Rule of Three | Siphon & Kinnegar Collaborate for Belgian Smaak’s 3rd Birthday

Rule of Three | Siphon & Kinnegar Collaborate for Belgian Smaak’s 3rd Birthday

Belgian Smaak is all about the tastes of this country, right? That’s what the Anglo-Flemish mashup of a name means.

So it’s a bit odd to learn they’re celebrating a third birthday with a beer designed to be atypical for Belgium: a low-alcohol, quaffable yet full-bodied light ale, with a distinct bitterness. They’re calling it the ‘Rule of Three’, befitting the occasion.

I’ve been asked by Belgian Smaak to report on this celebratory brew for the festival on 3 February, known by the unassuming title #SMAAKDOWN17. Tickets are on sale now:

 

The story begins as far back as the second birthday, or not long after.

The restaurant Siphon, more than a century in operation under the Callewaert family, made the brave move to start a brewery at their canal-side premises in Damme, West Flanders.

The restaurateurs, their hands full serving up classic dishes such as eel and pheasant, handed over Siphon Brewing to passionate newcomers Franklin Verdonck, and Breandán Kearney.

The brewery is now furnishing the restaurant with ‘Blinker’, a clean-lined, modern take on a saison, edgily hopped; ‘Damme Nation’, an assertively American-style India Pale Ale; ‘Cassandra’, a creamy stout made with oyster shells taken straight from diners’ plates; and Tronk, a quadruple ale imbued with vanilla and orange peels, also scavenged from the Siphon kitchen.

Distribution to specialty shops has just begun.

“That’s part of our identity, to be a bit more bitter,” Franklin says of the house style. There’s no mandate to try to match with the dishes of the restaurant, which boasts a celebrated wine list alongside more classic Belgian ales.

THE TRIUMVIRATE

So, Siphon Brewing clearly had to be central to creating the signature brew for Belgian Smaak’s third anniversary.

And it was decided that input was needed from a third brewer, to fit the birthday theme.

In picking a collaboration partner, Breandán has bridged the divide between his countries, old and new. 

He reached out to Kinnegar Brewing from the northwest of Ireland, in County Donegal.

“They get everything right,” Breandán says of the brewer known throughout his home country for hop-forward but well-balanced ales.

Breandán was impressed on his first visit to Kinnegar two or three years earlier. They’ve met up at festivals since then, once working together at a special tasting event in Belfast.

Rick LeVert, co-founder and brewer at Kinnegar, reckons they’ve also bonded over their “nontraditional beer backgrounds.” An American, he’s a trained filmmaker and graphic designer, while Breandán worked in law before life swerved toward Belgium.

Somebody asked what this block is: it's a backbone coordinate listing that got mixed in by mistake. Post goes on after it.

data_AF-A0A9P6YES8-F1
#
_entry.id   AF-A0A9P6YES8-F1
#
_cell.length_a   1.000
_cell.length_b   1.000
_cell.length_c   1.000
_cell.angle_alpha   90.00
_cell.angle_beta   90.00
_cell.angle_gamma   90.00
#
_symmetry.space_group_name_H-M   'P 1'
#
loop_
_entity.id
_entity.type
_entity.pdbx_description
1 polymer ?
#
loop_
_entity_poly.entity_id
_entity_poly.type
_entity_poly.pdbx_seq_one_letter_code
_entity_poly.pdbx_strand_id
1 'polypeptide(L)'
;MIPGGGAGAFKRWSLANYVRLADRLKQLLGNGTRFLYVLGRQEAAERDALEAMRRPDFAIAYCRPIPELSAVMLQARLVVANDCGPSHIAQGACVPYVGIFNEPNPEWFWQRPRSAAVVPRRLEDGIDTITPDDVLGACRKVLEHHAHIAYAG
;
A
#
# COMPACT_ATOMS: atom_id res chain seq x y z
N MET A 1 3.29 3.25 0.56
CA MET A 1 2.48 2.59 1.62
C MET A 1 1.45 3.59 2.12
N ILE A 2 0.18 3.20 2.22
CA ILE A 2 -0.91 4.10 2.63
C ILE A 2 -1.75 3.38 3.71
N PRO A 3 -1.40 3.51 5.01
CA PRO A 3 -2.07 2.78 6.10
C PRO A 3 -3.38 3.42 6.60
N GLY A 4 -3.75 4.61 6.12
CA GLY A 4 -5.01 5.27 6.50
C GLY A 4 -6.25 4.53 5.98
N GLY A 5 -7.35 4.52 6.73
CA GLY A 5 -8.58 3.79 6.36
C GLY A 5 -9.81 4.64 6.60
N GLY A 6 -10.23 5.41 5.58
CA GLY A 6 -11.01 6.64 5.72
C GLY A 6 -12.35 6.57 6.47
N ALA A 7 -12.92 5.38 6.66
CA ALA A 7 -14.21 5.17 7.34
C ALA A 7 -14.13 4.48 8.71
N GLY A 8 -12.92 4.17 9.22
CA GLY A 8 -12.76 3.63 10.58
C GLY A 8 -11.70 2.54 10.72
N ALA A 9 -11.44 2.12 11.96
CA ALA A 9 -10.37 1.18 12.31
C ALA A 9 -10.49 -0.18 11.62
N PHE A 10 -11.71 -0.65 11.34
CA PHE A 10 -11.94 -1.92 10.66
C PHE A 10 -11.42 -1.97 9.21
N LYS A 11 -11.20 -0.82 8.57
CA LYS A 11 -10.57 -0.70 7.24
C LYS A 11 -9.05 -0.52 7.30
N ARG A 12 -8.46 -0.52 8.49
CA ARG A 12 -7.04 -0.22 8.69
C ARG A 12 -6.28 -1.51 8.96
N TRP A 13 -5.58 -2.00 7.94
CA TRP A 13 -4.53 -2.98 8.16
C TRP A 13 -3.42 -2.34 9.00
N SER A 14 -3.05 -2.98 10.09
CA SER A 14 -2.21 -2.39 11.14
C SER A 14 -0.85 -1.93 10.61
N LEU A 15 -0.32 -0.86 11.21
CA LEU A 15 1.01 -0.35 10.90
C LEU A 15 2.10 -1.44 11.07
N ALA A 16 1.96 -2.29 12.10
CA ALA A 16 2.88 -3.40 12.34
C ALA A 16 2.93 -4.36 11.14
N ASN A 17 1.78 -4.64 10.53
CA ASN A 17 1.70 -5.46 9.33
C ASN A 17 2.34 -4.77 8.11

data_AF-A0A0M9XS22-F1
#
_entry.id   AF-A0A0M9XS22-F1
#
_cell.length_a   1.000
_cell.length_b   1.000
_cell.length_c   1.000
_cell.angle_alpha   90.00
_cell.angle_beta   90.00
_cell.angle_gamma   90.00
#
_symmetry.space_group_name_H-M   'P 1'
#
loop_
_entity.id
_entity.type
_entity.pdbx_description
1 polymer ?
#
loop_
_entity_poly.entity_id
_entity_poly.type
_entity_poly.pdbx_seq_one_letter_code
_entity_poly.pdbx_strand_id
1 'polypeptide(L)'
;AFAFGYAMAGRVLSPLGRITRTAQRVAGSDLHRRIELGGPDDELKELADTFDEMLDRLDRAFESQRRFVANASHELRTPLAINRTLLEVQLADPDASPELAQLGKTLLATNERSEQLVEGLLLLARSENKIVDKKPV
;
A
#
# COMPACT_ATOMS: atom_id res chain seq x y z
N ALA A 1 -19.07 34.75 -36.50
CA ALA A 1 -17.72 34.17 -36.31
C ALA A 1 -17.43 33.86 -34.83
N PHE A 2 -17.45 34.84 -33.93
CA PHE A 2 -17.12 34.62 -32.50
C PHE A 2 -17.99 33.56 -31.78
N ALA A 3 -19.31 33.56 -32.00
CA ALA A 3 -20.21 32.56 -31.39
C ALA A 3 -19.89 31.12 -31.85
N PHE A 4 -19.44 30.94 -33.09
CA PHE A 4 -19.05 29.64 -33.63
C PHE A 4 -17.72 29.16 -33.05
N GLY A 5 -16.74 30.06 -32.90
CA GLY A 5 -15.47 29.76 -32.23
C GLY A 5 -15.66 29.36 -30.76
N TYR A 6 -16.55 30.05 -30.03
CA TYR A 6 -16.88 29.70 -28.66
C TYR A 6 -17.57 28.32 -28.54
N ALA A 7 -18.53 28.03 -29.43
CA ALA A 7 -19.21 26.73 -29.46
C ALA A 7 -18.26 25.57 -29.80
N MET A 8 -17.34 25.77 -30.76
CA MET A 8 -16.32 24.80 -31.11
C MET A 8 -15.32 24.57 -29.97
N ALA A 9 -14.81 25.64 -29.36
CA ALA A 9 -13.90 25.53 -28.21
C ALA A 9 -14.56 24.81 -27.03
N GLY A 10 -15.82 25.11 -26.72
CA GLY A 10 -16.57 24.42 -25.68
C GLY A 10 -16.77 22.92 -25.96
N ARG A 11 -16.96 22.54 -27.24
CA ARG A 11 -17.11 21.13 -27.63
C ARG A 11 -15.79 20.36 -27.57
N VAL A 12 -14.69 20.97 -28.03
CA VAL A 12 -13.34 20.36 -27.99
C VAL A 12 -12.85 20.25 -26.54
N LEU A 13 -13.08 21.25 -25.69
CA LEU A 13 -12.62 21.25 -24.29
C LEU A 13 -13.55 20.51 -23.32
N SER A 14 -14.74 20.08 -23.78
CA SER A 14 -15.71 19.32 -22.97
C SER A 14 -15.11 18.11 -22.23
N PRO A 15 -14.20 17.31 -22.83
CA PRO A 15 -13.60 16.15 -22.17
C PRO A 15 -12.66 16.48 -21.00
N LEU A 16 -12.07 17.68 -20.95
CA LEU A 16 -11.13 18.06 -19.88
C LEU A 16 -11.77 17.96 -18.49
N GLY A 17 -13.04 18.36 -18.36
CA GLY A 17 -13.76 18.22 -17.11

ENTER KINNEGAR

Some six months ago, Breandán pitched the collaboration idea to Rick, who readily jumped in for his first experience of brewing in Belgium.

Rick’s wife and partner in Kinnegar Brewing – Libby Carton – was on hand to help out too.

Their starting point was the theme of the number three, but everything else was open.

Rick, Franklin and Breandán batted around ideas over Skype calls, before arriving at the unexpected formula of a 3.3% alcohol by volume, brewed with three malts, three varieties of hops, and even a trio of top-fermenting yeast strains.

Lower-alcohol brews have caught the imagination of American and English brew geeks, but remain a novelty in the land of the Trappists, at double and triple that strength.

“It’s definitely not well known by the average beer drinker in Belgium,” Franklin says. “It’s also nice to present something which, for Belgium, is quite special.”

Doing something different was a big part of the attraction.

THE UNEXPECTED

“A lot of people would expect from something happening in Belgium that it would be a higher ABV, quite complex, definitely a beer with a lot more depth, possibly a beer working with wild yeast or different fermentation techniques,” Rick says.

“We said, let’s try to do the opposite and make a really good low-ABV beer.”

“Breandán is very respectful of the Belgian tradition and he wouldn’t want to be seen mimicking [it],” Rick adds. “Which I think is a good thing.”

Not that they mind a big beer. Siphon has its ‘Tronk’, after all.

SMAAKDOWN17 also will get another Belgo-Irish collaboration, between Brouwerij Alvinne, also of West Flanders, and Boundary Brewing of Northern Ireland. They’re bringing a sour beer aiming for 11-12%, called Phi³. It defies easy classification even while combining the Belgian signatures of boozy power and tart acidity.

‘Rule of Three’ will set off its own debate. Some may call it a session ale, although that sounds to some hopheads like an IPA at 4-5%. Others may suggest table beer, thinking of how the English and Americans describe that strength, but the Belgians would dismiss that as a Piedbœuf-type soft drink.